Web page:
Henry David Thoreau Quotes

If all were as it seems, and men made the elements their servants for noble ends!
Henry David Thoreau (1817-1862), U.S. philosopher, author, naturalist. Walden (1854), in The Writings of Henry David Thoreau, vol. 2, p. 129, Houghton Mifflin (1906).
The current of our thoughts made as sudden bends as the river, which was continually opening new prospects to the east or south, but we are aware that rivers flow most rapidly and shallowest at these points.
Henry David Thoreau (1817-1862), U.S. philosopher, author, naturalist. A Week on the Concord and Merrimack Rivers (1849), in The Writings of Henry David Thoreau, vol. 1, p. 361, Houghton Mifflin (1906).
The white man's mullein soon reigned in Indian corn-fields, and sweet-scented English grasses clothed the new soil. Where, then, could the red man set his foot?
Henry David Thoreau (1817-1862), U.S. philosopher, author, naturalist. A Week on the Concord and Merrimack Rivers (1849), in The Writings of Henry David Thoreau, vol. 1, p. 52, Houghton Mifflin (1906).
The fable, which is naturally and truly composed, so as to satisfy the imagination, ere it addresses the understanding, beautiful though strange as a wild-flower, is to the wise man an apothegm, and admits of his most generous interpretation.
Henry David Thoreau (1817-1862), U.S. philosopher, author, naturalist. A Week on the Concord and Merrimack Rivers (1849), in The Writings of Henry David Thoreau, vol. 1, p. 58, Houghton Mifflin (1906).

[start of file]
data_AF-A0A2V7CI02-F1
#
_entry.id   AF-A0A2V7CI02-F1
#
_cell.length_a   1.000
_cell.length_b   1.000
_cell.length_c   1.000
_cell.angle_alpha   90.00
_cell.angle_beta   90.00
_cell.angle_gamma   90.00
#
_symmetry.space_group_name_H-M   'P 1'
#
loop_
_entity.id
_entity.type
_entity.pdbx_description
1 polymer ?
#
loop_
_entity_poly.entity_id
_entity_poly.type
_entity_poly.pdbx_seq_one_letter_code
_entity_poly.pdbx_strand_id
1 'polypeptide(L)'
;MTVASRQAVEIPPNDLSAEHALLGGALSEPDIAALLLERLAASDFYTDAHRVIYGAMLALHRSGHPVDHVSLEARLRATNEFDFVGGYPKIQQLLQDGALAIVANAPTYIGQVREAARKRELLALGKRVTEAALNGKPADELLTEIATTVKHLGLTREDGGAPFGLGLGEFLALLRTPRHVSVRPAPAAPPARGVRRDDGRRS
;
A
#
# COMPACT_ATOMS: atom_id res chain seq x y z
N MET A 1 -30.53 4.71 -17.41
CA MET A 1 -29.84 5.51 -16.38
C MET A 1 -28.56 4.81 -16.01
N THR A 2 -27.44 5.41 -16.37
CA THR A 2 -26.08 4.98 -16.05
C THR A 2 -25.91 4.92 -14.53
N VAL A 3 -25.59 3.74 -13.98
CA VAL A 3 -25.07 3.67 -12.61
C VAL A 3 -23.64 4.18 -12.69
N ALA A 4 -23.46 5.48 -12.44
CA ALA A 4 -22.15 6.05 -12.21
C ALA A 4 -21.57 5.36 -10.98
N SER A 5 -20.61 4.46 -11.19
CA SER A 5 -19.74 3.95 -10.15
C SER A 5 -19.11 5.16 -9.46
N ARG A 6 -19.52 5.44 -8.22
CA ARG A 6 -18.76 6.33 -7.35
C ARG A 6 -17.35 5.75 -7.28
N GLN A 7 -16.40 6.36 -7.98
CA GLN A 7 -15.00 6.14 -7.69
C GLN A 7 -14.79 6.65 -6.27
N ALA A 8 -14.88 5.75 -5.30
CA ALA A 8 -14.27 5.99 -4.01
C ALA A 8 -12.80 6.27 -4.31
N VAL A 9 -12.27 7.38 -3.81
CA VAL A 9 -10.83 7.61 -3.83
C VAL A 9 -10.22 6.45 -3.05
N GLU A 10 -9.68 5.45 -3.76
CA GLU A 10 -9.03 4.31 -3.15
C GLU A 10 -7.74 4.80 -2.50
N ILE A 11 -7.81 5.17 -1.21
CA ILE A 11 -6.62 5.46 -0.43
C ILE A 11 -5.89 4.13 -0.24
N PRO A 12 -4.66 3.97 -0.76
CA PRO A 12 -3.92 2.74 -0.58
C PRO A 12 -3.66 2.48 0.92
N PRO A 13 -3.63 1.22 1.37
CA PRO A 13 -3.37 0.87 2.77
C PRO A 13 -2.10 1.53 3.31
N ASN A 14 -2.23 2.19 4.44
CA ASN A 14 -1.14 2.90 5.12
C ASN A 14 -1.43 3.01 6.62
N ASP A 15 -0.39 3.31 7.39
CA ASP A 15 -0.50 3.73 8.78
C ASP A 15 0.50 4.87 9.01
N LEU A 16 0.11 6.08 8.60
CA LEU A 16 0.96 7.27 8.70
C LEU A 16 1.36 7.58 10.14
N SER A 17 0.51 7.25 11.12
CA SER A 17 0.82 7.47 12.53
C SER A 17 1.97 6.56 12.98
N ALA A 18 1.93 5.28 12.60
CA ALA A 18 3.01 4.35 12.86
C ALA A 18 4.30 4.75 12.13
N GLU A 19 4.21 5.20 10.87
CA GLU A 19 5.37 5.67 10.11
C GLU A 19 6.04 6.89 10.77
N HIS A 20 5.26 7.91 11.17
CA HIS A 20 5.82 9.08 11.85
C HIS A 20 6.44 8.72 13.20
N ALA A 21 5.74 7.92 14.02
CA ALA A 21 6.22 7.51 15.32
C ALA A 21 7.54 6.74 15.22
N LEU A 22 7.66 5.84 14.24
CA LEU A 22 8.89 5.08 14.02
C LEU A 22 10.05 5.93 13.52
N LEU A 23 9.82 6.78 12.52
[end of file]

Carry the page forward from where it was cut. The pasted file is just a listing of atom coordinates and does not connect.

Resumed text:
On every hand we observe a truly wise practice, in education, in morals, and in the arts of life, the embodied wisdom of many an ancient philosopher.
Henry David Thoreau (1817-1862), U.S. philosopher, author, naturalist. A Week on the Concord and Merrimack Rivers (1849), in The Writings of Henry David Thoreau, vol. 1, p. 129, Houghton Mifflin (1906).
As for me, Abraham, Isaac, and Jacob are now only the subtlest imaginable essences, which would not stain the morning sky.
Henry David Thoreau (1817-1862), U.S. philosopher, author, naturalist. A Week on the Concord and Merrimack Rivers (1849), in The Writings of Henry David Thoreau, vol. 1, p. 71, Houghton Mifflin (1906).
The opportunities of living are diminished in proportion as what are called the "means" are increased.
Henry David Thoreau (1817-1862), U.S. philosopher, author, naturalist. "Civil Disobedience," originally published as "Resistance to Civil Government" (1849), in The Writings of Henry David Thoreau, vol. 4, p. 372, Houghton Mifflin (1906).
What a pity if we do not live this short time according to the laws of the long time,—the eternal laws!
Henry David Thoreau (1817-1862), U.S. philosopher, author, naturalist. Letter, August 10, 1849, to Harrison Blake, in The Writings of Henry David Thoreau, vol. 6, p. 173, Houghton Mifflin (1906).
Remember that the smallest seed of faith is of more worth than the largest fruit of happiness.
Henry David Thoreau (1817-1862), U.S. philosopher, author, naturalist. Letter, January 25, 1843, to Lucy Brown, in The Writings of Henry David Thoreau, vol. 6, p. 48, Houghton Mifflin (1906).
It is no more dusky in ordinary nights than our mind's habitual atmosphere, and the moonlight is as bright as our most illuminated moments are.
Henry David Thoreau (1817-1862), U.S. philosopher, author, naturalist. "Night and Moonlight" (1863), in The Writings of Henry David Thoreau, vol. 5, p. 332, Houghton Mifflin (1906).